Comments, Disclosures, and FAQs

Comments on this blog are moderated before posting. I've had to do this to keep spammers from linking back to their sites selling the odd, off-color items you may or may not want or need. You can find those items all on your own if that's what you're surfing the internet for. Despite moderation, if you comment and it's not a nasty comment or it's a super-duper helpful comment, it's going to show up the next time I come in to do maintenance. The comments are modded based on the old addage that if you don't have anything nice to say, you shouldn't say anything at all. Attacks and negativity will not be tolerated. This blog is not a soap box or a place to rant. If you feel the need to do that, you can make your own blog.

Disclosures and Frequently Asked Questions:
Why is this blog here? This blog is mainly my journal to keep track of what I've tried, what's worked, what hasn't, and when my critters were born, bred, or otherwise received care I need to keep tabs on. Hopefully it helps and inspires others to get back to basics.

What's for sale from the farm?

Our goat milk soap is available at our restaurant:
Greek Taverna and Catering
994 E. University Blvd.
Tucson AZ 85719
(520) 777-4967

It is also available at our favorite feed store:
11050 E. Tanque Verde Rd.
Tucson, AZ 85749
(520) 749-0211

We do not have a website available listing the soap at this time. We had one, but no one ever ordered from it, so we turned it off. Maybe we'll try again if there is a demand. Mostly we sell soap to friends and co-workers who have tried it and can't go back to store-bought soap.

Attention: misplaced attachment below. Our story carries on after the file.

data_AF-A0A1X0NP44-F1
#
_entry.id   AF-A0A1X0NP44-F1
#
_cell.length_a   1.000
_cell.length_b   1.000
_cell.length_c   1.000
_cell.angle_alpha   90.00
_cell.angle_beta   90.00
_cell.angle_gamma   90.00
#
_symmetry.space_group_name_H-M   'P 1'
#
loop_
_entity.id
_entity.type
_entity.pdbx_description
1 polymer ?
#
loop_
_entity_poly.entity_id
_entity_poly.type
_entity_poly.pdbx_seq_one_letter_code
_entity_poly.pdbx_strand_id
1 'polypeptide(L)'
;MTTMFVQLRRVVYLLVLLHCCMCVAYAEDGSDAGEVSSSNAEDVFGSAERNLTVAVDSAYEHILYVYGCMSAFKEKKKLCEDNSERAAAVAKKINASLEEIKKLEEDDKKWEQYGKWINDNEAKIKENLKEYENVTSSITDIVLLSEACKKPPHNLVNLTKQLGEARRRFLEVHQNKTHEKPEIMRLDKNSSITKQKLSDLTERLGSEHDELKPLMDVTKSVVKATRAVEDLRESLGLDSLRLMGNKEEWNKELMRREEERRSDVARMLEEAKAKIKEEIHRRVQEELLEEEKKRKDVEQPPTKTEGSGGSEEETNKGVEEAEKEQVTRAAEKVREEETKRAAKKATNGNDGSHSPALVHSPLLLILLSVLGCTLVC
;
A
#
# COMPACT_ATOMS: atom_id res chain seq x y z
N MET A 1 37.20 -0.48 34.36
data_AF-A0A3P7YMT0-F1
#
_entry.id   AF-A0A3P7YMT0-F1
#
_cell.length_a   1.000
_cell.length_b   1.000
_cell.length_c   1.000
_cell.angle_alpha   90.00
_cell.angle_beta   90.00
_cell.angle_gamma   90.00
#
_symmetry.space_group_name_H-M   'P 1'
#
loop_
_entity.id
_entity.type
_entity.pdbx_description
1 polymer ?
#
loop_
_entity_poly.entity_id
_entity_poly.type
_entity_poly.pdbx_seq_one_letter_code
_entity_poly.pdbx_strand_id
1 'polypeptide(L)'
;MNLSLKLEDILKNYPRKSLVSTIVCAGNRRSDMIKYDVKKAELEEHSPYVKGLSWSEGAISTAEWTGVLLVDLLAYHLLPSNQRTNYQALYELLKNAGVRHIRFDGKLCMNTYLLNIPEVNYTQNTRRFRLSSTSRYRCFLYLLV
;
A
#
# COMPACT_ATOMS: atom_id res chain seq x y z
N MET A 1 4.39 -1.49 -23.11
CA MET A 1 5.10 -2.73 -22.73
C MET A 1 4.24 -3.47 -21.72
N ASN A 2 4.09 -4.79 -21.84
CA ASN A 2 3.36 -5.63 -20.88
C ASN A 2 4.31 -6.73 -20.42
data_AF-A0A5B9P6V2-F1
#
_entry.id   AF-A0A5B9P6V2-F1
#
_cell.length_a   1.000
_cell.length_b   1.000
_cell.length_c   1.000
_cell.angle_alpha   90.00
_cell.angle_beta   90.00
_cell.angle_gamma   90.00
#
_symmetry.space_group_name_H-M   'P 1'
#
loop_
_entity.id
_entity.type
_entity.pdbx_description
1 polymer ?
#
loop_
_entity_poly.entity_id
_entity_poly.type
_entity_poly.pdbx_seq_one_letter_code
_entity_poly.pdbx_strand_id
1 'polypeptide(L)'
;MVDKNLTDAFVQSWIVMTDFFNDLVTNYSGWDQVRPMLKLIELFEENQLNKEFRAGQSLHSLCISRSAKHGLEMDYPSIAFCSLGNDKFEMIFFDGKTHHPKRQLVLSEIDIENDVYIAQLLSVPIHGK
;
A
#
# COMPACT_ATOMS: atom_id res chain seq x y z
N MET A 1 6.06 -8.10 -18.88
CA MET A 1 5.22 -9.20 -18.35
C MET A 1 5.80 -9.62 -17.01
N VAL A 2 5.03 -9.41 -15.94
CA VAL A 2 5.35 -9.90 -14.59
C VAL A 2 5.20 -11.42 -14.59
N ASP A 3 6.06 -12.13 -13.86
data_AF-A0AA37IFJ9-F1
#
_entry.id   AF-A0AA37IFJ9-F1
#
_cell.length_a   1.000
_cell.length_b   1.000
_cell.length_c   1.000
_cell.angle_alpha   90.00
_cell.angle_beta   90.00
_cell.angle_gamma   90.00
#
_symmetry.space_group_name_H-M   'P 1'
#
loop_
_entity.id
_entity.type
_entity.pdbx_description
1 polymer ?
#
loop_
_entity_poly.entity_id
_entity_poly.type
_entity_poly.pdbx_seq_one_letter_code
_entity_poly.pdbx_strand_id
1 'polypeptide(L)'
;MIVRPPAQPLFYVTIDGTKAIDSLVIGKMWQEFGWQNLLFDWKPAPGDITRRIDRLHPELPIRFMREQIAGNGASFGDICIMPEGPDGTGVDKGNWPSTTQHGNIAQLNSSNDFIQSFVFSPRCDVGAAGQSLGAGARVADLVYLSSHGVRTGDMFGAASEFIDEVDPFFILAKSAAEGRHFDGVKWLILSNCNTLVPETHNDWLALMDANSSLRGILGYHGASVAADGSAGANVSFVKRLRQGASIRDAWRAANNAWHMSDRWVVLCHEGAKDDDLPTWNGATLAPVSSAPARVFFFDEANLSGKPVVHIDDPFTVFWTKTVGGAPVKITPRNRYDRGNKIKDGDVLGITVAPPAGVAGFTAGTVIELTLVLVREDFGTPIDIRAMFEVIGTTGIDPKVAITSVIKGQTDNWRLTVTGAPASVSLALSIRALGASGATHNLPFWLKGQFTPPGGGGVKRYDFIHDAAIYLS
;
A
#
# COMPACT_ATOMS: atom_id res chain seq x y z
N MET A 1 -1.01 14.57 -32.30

We do not sell milk because we don't always milk--especially in the summer when it's miserably hot and if there is milk in an udder, there is usually a baby who will gladly milk their mommy for us. Also, by Arizona law, RAW milk is not for human consumption and we do not pasteurize our milk unless we're making something with it, like yogurt or cheese. There is much controversy surrounding the consumption of raw milk, and while we drink our critters' milk raw all the time, you, as a consumer, should inform yourself of the risks and benefits of doing so.

We are registered as a "Nest Run Producer" of chicken eggs with the Arizona Department of Agriculture. Our eggs are collected daily, cartoned and labeled with the date they were collected (which is the day the were laid). If there are surplus eggs, they may be available for purchase at our restaurant.

Private Permaculture Hobby Farm. Markou Ranch is NOT a commercial farm. It's a private hobby farm adhering to the principals of permaculture (permanent agriculture). We keep the critters and garden because we want to, because we believe in trying to grow as much of our meals as possible, and because we are stuck with a rural property we can't build on until we're in a better financial situation to do so, so we might as well make the best of what we're given. This means we do not offer tours except in rare circumstances. We do not sell anything at farm stands or in grocery stores. To best explain what Markou Ranch is would be to compare it to a backyard with big gardens and unusual livestock pets. Do not stop by uninvited and cruise up and down the little dirt road since the neighbor with the gun collection and twitchy trigger finger doesn't like that.